Take the 2-minute tour ×
English Language & Usage Stack Exchange is a question and answer site for linguists, etymologists, and serious English language enthusiasts. It's 100% free, no registration required.

What is the meaning of court as used in as did the court languages of Latin and French?

share|improve this question
    
The rusted chains of prison moons are shattered by the sun... –  JeffSahol Nov 13 '11 at 23:40
add comment

2 Answers

It mean the language used in the king's court: presumably this is a reference to the kings of England, where the religious courtiers would often use Latin and the secular Norman courtiers would use French.

The peasants went on using Anglo-Saxon which evolved into English but that really only entered the court when the king was in dispute with his French cousins.

share|improve this answer
    
I don't think it has anything to do with religion: Latin was simply the elite language, the language of science and other technical literature. It would have been used at court by the non-religious too. The association of Latin with religion is relatively recent (only a few centuries). –  ShreevatsaR Nov 13 '11 at 16:32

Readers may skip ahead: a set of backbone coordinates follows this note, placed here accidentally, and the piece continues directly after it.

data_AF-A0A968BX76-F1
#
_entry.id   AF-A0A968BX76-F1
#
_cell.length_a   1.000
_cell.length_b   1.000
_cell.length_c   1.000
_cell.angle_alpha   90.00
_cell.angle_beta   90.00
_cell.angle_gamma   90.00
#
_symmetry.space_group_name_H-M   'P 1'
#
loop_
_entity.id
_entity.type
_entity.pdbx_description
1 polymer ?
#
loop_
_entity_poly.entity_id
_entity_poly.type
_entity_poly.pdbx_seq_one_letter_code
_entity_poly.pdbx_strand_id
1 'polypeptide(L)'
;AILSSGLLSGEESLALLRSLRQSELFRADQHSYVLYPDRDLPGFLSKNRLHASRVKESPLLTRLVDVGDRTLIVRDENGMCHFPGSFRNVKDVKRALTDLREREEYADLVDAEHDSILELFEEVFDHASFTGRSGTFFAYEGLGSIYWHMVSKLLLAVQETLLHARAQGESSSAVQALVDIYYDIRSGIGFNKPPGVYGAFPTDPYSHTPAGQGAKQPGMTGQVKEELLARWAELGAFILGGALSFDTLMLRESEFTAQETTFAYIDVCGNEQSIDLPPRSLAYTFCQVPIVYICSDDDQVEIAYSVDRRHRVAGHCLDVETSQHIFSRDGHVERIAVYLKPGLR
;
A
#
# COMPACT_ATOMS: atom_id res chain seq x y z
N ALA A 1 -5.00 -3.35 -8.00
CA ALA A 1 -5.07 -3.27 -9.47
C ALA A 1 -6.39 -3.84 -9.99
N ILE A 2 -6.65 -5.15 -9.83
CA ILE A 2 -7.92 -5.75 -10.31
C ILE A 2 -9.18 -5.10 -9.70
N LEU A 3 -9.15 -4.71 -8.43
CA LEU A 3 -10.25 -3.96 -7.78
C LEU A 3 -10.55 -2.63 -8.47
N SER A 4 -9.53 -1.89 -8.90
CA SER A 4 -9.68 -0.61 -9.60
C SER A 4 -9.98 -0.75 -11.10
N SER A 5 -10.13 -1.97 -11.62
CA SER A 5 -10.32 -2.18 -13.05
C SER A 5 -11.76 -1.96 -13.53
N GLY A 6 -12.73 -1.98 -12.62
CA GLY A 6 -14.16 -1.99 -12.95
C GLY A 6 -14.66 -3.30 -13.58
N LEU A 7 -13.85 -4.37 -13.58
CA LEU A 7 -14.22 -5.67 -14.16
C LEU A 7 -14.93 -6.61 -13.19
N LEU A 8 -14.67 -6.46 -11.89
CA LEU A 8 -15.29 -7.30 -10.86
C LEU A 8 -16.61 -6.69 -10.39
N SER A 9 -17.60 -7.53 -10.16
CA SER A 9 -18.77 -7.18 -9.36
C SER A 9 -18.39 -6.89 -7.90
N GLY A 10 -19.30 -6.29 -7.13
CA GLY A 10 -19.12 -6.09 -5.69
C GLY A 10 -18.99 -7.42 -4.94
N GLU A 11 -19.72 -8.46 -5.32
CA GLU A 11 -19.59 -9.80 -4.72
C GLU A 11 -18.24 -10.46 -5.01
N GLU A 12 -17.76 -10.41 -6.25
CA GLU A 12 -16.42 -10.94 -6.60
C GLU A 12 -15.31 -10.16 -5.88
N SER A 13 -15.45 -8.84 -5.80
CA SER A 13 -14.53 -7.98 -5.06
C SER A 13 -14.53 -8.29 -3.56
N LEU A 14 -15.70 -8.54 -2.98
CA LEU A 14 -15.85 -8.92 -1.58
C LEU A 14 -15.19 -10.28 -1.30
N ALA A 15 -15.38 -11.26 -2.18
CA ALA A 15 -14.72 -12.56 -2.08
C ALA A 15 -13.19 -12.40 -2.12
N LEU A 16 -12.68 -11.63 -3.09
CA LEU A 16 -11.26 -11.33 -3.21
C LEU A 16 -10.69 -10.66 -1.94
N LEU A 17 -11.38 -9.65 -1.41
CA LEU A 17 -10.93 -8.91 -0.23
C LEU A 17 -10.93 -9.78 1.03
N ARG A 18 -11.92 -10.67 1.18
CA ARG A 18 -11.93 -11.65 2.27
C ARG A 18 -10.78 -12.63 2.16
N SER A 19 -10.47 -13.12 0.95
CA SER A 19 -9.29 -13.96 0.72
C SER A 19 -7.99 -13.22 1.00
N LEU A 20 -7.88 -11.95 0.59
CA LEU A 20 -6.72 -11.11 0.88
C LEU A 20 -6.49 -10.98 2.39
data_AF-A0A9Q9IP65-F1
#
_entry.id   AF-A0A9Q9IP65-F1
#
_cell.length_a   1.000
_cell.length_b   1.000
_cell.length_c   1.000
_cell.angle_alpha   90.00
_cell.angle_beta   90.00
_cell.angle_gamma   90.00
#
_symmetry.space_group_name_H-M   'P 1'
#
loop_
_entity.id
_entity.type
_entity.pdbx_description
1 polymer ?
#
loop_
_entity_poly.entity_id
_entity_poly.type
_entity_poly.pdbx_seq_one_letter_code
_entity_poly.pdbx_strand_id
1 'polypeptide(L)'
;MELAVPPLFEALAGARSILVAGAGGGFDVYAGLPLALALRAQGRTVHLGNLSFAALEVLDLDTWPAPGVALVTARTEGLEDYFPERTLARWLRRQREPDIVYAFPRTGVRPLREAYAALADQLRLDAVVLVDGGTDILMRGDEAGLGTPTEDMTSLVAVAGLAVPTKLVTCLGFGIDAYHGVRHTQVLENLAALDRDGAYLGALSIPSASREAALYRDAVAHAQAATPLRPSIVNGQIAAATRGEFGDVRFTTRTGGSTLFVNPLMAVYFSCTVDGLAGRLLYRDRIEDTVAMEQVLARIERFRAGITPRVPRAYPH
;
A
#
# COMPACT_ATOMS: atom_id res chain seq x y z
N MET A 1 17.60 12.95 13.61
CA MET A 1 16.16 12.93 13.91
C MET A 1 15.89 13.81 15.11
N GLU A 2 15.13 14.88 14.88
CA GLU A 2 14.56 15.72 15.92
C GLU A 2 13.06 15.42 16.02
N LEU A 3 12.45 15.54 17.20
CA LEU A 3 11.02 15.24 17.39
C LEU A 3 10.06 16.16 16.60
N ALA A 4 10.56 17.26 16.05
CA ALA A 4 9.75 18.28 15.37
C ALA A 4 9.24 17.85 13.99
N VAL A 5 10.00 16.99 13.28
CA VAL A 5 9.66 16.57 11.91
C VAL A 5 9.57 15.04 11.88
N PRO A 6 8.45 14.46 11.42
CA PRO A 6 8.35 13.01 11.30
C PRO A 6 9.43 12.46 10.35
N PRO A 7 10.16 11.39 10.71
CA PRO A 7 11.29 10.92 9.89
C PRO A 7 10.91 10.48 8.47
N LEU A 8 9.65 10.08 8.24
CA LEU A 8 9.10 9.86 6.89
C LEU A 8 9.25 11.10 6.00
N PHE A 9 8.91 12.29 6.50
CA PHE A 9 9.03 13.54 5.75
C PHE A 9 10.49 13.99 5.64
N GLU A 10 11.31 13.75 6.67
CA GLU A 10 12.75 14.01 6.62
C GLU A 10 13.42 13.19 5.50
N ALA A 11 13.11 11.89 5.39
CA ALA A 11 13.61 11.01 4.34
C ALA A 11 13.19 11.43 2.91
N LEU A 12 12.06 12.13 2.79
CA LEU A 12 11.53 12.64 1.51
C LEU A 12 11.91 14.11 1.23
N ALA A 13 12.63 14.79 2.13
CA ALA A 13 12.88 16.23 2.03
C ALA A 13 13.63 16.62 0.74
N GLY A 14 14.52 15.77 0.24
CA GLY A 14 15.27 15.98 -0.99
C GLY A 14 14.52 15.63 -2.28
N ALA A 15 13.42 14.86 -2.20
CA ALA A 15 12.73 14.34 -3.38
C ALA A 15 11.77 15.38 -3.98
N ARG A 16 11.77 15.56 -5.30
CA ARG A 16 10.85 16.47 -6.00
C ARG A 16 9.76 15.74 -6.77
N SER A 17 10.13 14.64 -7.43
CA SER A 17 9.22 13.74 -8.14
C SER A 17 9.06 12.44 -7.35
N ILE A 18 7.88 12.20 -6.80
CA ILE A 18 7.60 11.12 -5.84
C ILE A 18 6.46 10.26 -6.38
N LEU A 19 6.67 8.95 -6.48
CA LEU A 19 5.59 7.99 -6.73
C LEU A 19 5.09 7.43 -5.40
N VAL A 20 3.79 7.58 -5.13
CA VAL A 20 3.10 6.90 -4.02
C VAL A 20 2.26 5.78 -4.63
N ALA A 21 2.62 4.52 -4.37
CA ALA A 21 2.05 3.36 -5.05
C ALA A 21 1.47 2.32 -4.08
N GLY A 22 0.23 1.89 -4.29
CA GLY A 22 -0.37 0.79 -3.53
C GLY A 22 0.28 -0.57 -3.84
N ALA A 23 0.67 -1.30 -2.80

thanks a lot 4 the answer!! –  Jorden Nov 13 '11 at 16:33
    
‘The island at present . . . contains five nations, the English, Britons, Scots, Picts, and Latins, each in its own peculiar dialect cultivating the sublime study of Divine truth. The Latin tongue is, by the study of the Scriptures, become common to all the rest. (Bede, ‘Ecclesiatical History of the English Nations’, c. 730) –  Barrie England Nov 13 '11 at 21:40
add comment

The court means the monarch's close circle: family, friends and advisers. In the words of the Oxford English Dictionary, it is The establishment and surroundings of a sovereign with his councillors and retinue.

share|improve this answer
    
thank you for the advice!! –  Jorden Nov 13 '11 at 16:32
add comment

Your Answer

 
discard

By posting your answer, you agree to the privacy policy and terms of service.

Not the answer you're looking for? Browse other questions tagged or ask your own question.